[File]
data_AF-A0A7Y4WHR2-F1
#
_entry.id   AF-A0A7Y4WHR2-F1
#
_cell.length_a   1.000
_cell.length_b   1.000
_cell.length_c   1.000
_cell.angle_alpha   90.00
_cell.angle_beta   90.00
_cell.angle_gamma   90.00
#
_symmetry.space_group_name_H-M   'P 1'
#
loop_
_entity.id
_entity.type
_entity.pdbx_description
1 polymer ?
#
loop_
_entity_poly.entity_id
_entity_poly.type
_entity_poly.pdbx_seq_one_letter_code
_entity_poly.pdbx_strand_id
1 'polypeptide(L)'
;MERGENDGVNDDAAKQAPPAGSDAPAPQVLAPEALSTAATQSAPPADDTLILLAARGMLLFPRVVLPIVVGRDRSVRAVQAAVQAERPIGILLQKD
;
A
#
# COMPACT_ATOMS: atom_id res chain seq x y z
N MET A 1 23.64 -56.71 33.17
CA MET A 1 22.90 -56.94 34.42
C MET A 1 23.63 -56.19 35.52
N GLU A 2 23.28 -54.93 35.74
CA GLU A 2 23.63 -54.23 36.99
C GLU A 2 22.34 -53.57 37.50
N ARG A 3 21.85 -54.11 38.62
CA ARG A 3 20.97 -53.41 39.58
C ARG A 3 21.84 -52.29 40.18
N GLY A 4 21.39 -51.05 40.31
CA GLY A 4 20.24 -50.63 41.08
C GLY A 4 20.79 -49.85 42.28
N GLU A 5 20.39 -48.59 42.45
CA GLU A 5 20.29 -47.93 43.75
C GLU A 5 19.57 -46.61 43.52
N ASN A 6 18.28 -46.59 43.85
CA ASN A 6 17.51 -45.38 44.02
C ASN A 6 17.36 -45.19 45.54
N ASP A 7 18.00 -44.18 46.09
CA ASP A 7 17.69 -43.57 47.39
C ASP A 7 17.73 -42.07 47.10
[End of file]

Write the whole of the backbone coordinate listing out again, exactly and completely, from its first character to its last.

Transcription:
data_AF-A0A7Y4WHR2-F1
#
_entry.id   AF-A0A7Y4WHR2-F1
#
_cell.length_a   1.000
_cell.length_b   1.000
_cell.length_c   1.000
_cell.angle_alpha   90.00
_cell.angle_beta   90.00
_cell.angle_gamma   90.00
#
_symmetry.space_group_name_H-M   'P 1'
#
loop_
_entity.id
_entity.type
_entity.pdbx_description
1 polymer ?
#
loop_
_entity_poly.entity_id
_entity_poly.type
_entity_poly.pdbx_seq_one_letter_code
_entity_poly.pdbx_strand_id
1 'polypeptide(L)'
;MERGENDGVNDDAAKQAPPAGSDAPAPQVLAPEALSTAATQSAPPADDTLILLAARGMLLFPRVVLPIVVGRDRSVRAVQAAVQAERPIGILLQKD
;
A
#
# COMPACT_ATOMS: atom_id res chain seq x y z
N MET A 1 23.64 -56.71 33.17
CA MET A 1 22.90 -56.94 34.42
C MET A 1 23.63 -56.19 35.52
N GLU A 2 23.28 -54.93 35.74
CA GLU A 2 23.63 -54.23 36.99
C GLU A 2 22.34 -53.57 37.50
N ARG A 3 21.85 -54.11 38.62
CA ARG A 3 20.97 -53.41 39.58
C ARG A 3 21.84 -52.29 40.18
N GLY A 4 21.39 -51.05 40.31
CA GLY A 4 20.24 -50.63 41.08
C GLY A 4 20.79 -49.85 42.28
N GLU A 5 20.39 -48.59 42.45
CA GLU A 5 20.29 -47.93 43.75
C GLU A 5 19.57 -46.61 43.52
N ASN A 6 18.28 -46.59 43.85
CA ASN A 6 17.51 -45.38 44.02
C ASN A 6 17.36 -45.19 45.54
N ASP A 7 18.00 -44.18 46.09
CA ASP A 7 17.69 -43.57 47.39
C ASP A 7 17.73 -42.07 47.10